Simplon Pass

One of Switzerland’s most famous and historical mountain passes is the Simplon, connecting the town of Brig in the upper, German-speaking part of the Canton (state) of Valais with Italy.

The Simplon Pass became a commercial lifeline in the 17th Century, when a Brig-based merchant, Kaspar Jodok von Stockalper, used it to import salt – a precious commodity at the time – and silk from Italy, sending it on to as far north as Belgium.

The Simplon route actually goes back to ancient Roman days, but became a major trans-alpine thoroughfare when Napoleon constructed a road over it between 1800 and 1806. A hundred years later, a 17-kilometer-long rail tunnel was opened, with a second one being added in 1922.

In 1831, Augustinian monks opened a monastery and hospice at the top of the pass (2,005 m. / 6,062 ft.), to provide food and shelter for travelers all year around. This tradition continues today.

The modern Simplon road is an easy drive for motorists. It is well built and open the year around. In the warmer season, there are numerous cafés and restaurants along the way. The pass is also served by Swiss postal buses, which go from Brig to as far as Domodossola, the main town at the Italian end of the pass..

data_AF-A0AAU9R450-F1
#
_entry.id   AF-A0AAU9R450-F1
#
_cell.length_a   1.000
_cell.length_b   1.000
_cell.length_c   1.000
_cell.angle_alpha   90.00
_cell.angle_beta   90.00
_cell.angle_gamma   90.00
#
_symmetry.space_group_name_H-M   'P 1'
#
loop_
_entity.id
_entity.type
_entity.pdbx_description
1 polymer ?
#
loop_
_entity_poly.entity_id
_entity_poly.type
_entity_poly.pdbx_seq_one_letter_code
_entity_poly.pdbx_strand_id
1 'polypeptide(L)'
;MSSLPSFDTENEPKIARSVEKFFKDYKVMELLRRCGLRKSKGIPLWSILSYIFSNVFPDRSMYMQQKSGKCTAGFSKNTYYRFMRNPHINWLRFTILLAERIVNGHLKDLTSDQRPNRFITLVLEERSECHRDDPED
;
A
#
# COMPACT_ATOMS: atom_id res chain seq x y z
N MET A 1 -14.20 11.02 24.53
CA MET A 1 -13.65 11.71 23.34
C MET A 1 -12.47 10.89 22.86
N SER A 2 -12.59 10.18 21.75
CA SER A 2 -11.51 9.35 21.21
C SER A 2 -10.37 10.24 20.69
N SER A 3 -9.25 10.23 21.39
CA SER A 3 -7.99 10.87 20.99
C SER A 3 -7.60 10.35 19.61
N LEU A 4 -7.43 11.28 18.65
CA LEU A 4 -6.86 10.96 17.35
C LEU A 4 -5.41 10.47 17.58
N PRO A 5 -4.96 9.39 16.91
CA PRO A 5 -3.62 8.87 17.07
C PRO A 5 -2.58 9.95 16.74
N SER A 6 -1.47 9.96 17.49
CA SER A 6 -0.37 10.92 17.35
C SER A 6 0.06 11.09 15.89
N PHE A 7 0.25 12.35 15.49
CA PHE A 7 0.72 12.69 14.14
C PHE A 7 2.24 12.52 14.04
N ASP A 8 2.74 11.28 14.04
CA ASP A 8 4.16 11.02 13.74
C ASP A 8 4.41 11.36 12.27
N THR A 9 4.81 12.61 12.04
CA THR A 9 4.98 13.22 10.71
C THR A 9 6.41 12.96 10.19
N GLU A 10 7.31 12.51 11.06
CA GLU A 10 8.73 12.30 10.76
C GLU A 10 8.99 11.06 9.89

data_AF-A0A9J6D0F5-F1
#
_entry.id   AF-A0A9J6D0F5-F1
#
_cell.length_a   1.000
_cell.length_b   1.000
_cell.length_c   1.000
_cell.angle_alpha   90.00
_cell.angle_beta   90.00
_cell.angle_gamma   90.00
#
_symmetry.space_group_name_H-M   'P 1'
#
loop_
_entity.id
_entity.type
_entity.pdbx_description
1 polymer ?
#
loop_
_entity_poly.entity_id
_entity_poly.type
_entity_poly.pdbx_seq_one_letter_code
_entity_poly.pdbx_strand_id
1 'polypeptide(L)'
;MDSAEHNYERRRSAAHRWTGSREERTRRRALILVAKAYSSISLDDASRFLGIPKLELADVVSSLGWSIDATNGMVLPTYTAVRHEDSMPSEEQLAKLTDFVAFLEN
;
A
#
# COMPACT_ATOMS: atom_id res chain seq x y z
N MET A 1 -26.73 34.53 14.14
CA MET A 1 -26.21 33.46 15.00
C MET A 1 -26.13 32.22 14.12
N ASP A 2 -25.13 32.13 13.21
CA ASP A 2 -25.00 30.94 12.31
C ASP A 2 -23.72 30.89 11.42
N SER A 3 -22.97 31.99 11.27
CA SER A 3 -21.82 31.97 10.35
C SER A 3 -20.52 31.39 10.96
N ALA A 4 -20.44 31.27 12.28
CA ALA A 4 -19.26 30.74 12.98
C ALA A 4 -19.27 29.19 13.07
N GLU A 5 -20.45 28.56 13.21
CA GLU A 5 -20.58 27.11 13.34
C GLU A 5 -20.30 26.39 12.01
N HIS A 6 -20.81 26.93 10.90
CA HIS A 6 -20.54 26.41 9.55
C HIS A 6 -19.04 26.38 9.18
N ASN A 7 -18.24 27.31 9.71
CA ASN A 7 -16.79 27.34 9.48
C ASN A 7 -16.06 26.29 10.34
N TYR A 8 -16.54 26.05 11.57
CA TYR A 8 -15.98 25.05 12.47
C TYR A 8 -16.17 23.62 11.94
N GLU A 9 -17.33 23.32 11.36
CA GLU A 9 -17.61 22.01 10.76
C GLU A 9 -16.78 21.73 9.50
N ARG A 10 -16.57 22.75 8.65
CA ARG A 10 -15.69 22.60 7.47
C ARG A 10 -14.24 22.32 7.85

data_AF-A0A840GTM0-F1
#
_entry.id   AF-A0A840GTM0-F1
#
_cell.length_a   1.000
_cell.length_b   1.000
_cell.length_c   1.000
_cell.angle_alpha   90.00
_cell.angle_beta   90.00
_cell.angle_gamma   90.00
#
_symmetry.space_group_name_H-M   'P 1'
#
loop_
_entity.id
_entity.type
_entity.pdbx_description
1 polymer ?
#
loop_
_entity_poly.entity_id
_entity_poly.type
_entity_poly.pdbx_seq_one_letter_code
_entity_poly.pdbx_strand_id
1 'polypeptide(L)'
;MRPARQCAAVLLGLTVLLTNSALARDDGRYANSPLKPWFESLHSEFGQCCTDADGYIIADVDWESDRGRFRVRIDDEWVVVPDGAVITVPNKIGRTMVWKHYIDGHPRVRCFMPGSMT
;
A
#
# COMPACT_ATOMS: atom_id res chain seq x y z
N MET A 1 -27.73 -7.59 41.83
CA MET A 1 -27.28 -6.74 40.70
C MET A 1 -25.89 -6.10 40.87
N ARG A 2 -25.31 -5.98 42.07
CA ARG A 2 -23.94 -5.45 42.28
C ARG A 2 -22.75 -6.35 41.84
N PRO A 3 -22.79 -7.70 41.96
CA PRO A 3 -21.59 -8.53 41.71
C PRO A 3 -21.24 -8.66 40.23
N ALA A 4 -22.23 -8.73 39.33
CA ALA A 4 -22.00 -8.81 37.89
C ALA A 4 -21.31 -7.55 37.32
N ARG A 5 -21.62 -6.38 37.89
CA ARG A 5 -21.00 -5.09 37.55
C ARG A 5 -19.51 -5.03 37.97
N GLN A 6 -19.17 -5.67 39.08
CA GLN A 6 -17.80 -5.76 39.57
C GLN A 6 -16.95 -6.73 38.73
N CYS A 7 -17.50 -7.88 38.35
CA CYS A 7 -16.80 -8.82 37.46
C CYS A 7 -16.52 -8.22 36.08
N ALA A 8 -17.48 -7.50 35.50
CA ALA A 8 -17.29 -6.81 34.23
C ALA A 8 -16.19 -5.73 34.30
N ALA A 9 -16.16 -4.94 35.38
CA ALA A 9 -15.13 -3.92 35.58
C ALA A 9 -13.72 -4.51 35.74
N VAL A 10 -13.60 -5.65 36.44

The beautiful nature along the pass attracts many cyclists and hikers, as well as winter sports enthusiasts. High mountain ski-trekking is organized, even into the spring.

At the crest of the Simplon Pass is a stone eagle, which looks south – a monument recalling World War 2, when Swiss soldiers were stationed there to protect the country in the event of an Axis invasion, which fortunately never came.

Bob Zanotti visited the Simplon Pass together with his long-time friend, the late Canadian historian and geographer Professor Aubrey Diem, who had written extensively about this area, and lived not far away.